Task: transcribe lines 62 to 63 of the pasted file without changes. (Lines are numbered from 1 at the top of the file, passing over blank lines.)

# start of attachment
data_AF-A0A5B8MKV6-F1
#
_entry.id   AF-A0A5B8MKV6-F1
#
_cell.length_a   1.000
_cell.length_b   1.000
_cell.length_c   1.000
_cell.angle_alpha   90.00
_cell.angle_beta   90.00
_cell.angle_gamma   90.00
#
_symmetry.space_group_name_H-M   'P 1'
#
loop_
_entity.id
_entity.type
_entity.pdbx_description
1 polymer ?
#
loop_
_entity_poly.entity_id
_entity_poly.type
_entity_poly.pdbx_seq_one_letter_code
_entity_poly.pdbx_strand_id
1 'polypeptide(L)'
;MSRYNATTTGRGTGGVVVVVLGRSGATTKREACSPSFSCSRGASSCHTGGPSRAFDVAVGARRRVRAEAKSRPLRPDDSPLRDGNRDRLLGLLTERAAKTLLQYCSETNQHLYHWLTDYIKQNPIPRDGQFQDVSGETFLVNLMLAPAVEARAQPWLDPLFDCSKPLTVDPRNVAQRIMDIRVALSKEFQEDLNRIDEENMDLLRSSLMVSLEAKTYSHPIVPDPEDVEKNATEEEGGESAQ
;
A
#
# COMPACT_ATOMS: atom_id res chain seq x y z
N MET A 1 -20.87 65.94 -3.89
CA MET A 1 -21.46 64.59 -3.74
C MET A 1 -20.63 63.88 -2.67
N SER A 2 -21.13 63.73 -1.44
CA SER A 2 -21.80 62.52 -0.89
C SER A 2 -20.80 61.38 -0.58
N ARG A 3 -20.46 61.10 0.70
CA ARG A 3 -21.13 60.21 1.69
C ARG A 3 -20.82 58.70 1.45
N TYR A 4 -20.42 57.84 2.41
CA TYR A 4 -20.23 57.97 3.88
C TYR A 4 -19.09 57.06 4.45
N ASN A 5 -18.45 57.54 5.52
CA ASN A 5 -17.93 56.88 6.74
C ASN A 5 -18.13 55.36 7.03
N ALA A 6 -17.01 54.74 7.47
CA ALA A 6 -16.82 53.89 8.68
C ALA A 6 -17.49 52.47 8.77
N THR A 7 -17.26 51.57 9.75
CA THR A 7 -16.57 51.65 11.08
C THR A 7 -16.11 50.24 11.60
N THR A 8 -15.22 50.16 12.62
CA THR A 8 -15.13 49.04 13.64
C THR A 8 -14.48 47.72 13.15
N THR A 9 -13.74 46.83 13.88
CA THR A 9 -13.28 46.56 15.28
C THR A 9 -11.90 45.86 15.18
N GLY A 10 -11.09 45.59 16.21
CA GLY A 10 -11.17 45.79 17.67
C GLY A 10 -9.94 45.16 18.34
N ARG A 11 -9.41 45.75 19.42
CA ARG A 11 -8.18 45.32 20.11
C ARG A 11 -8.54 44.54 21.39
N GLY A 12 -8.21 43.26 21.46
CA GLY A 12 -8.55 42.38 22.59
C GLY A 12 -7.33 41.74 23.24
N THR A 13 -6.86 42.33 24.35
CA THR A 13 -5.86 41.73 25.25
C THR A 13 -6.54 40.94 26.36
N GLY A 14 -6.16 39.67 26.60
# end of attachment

CA ARG A 11 -8.18 45.32 20.11
C ARG A 11 -8.54 44.54 21.39